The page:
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TheStreet Open House

AbbVie's Not as Vulnerable as the Street Believes

NEW YORK (TheStreet) -- It has now been three full quarters since health care conglomerate Abbott labs  (ABT) separated its drug business into a new entity called AbbVie  (ABBV). Since that split, shares of AbbVie, which have outperformed Abbott, have soared more than 45%.

Now, although the spinoff, which was originally announced in late 2011, was a long-anticipated move, the Street seems surprised that AbbVie has performed so well on its own. Truth be told, I am surprised, too. And with AbbVie's valuation having surpassed large-cap rivals, like Pfizer  (PFE), AbbVie's pipeline, which includes blockbuster drug Humira, has suddenly come into question. Not only do I believe these fears are overblown, but I also think -- expensive or not -- investors can still do well in AbbVie stock.

First, I will grant that it's within the Street's right to compare AbbVie's third-quarter results to the company's July and April quarters. I will also admit that unlike its previous reports, AbbVie's revenue and margin growth weren't as compelling. What I did notice was that AbbVie is still delivering on key initiatives as promised by management upon the Abbott separation.

Revenue advanced 3.3% to $4.66 billion, which easily beat estimates of $4.52 billion. As has been the case for some time, rheumatoid arthritis drug Humira, which posted worldwide growth of close to 20%, did all of the heavy lifting. I won't debate the fact that AbbVie relies on Humira quite a bit, which has raised some concerns. That's also the case for many Big Pharma rivals that have produced flagship products.

Take, for instance, Johnson & Johnson  (JNJ). As diversified as JNJ strives to be, it is JNJ's drug business that carries all the torque. And within that segment, JNJ's growth is being lead by cancer drug Zytiga, which recently grew by 70% year over year. Somehow the Street doesn't have a problem with JNJ's overreliance. This is even as the company struggles with organic growth.

In the case of AbbVie, what's interesting is that over the past couple of quarters, I've heard nothing but complaints from analysts about Humira's long-term performance. The concern continues to be that rival products -- Xeljanz from Pfizer and Apremilast from Celgene  (CELG) -- would eat into Humira's growth and apply margin pressure.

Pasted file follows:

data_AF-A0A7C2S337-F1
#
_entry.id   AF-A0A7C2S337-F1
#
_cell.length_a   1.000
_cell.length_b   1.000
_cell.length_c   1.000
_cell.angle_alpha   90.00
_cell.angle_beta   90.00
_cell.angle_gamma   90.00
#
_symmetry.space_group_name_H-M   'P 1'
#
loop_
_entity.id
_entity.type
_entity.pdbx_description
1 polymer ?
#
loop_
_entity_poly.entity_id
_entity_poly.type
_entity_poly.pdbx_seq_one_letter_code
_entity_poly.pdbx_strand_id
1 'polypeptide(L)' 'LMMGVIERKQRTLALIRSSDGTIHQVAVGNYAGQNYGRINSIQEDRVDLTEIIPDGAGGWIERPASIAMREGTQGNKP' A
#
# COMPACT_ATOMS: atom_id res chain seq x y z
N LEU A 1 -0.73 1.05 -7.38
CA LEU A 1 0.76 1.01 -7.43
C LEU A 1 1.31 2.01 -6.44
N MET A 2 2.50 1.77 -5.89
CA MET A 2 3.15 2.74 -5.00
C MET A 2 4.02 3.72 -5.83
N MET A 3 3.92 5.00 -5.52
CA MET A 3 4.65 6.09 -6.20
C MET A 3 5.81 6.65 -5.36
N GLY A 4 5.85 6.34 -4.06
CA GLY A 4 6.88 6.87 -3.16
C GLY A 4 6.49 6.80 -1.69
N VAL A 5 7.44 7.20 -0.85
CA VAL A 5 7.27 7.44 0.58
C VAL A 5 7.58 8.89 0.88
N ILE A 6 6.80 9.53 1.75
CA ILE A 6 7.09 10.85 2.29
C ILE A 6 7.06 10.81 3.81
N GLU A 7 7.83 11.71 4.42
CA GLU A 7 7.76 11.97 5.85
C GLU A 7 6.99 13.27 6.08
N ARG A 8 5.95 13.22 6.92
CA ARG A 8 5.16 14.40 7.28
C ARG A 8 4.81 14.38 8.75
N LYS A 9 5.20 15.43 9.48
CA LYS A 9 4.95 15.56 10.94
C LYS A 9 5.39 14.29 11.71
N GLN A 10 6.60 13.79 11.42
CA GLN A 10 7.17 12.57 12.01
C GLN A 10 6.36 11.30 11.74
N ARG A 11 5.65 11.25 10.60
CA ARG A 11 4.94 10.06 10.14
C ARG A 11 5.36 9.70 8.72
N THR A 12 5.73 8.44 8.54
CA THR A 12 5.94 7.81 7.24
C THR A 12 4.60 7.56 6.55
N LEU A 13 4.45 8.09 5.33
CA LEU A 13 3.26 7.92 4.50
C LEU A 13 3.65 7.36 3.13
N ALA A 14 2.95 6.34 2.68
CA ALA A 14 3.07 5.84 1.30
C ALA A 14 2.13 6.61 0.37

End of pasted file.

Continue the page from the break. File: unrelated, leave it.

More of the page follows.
Given that Humira recently generated third-quarter revenue of $2.77 billion, which is roughly 60% of AbbVie's global sales, the Street must explain how this could have happened. If not, we must appreciate that Humira's growth is as "healthy" as ever. The good news here is that Humira's strength was able to offset AbbVie's weak performing drugs, like Trilipix and TriCor, which suffered due to patent expirations.

From an operational perspective, with gross margins coming in 79.7%, which is almost 10% higher than both Merck  (MRK) and Novartis  (NVS), I believe AbbVie's management deserves plenty of credit. They've been able to achieve this even as expenses grew. What this means is that AbbVie operated more efficiently this quarter, which led to the company beating non-GAAP earnings in convincing fashion.

What's more, the fact that management raised its full-year earnings guidance signals the level of confidence the company still has not only in Humira, but also in the company's other drugs, like AndroGel. This is even though AndroGel produced one-tenth of Humira's revenue.

All told, it was not a breathtaking quarter, but to the extent it justified the Street's perpetual bearishness, I don't believe it does. Now, at around $47 per share and a price-to-earnings ratio of 17, AbbVie stock is certainly not cheap when compared to Pfizer, which has a P/E of 8. But with improving cash flows AbbVie stock should climb toward the mid- to high $50's before Humira runs out of steam.

At the time of publication, the author held no position in any of the stocks mentioned.

This article was written by an independent contributor, separate from TheStreet's regular news coverage.

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